Daniels explained that he later made his movie "Precious" because "I needed to look at myself." He said he could relate to the story about the impoverished, abused character.

"I love that movie," Daniels said with a smile. "It's one of my favorites."

Just as Daniels found his own life related to "Precious," "The Butler" also helped Daniels understand his world and his father's.

"You are black," Daniels' father told him. "I don't think you understand what that means. You are gay and black. You will never make it. Never make it." 

"'The Butler' helped me understand him," Daniels said. "I understood why he was so angry-because he never looked a white man in the eyes. And he felt less-than. And for me, again, it was therapeutic for me because ... I forgave him for some of his meanness and why he treated me the way he did. He had it rougher than me. I come from a family of servants, who come from a family of servants, who come from a family of slaves."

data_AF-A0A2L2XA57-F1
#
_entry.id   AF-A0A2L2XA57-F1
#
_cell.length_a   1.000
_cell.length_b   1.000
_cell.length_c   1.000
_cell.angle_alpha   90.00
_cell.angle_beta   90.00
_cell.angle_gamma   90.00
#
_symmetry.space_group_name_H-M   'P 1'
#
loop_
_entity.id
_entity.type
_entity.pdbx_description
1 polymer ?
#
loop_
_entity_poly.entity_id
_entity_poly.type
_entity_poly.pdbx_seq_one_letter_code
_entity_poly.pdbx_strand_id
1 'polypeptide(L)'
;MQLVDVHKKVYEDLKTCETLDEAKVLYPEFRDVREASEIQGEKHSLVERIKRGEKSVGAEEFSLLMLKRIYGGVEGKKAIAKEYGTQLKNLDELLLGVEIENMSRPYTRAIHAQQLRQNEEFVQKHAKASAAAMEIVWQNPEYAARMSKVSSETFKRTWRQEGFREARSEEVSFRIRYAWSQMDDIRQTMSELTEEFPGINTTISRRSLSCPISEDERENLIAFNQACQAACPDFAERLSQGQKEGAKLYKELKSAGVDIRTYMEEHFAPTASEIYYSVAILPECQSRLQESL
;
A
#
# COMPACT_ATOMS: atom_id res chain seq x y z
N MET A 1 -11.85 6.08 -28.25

Daniels paused for a moment, looking into the audience.

"Never make it. I showed him, didn't I?" The audience erupted in cheers and laughter.  

 

* * *

 

Though his father died when Daniels was young and he moved away from his childhood bullies, Daniels' adversities continued - this time, through his own fault.

Daniels said that his brother called him one night from jail. He was in prison for murder, and his wife was about to have twins. Daniels' brother wanted him to take care of the kids because his wife was on crack. 

Daniels told his mother on the phone that he had no desire to raise kids.

"Twins! They were crack babies!" Daniels said, an addict himself at the time. "I'm on crack! Let me get my high on." 

Daniels said he believed God was speaking to him, though, and his boyfriend made him take the kids in. 

"It's seriously the most beautiful experience of my life, raising these beautiful, beautiful kids, um, that I hate now," Daniels jokingly said, winning the audience's laughter once again. "I did love them then."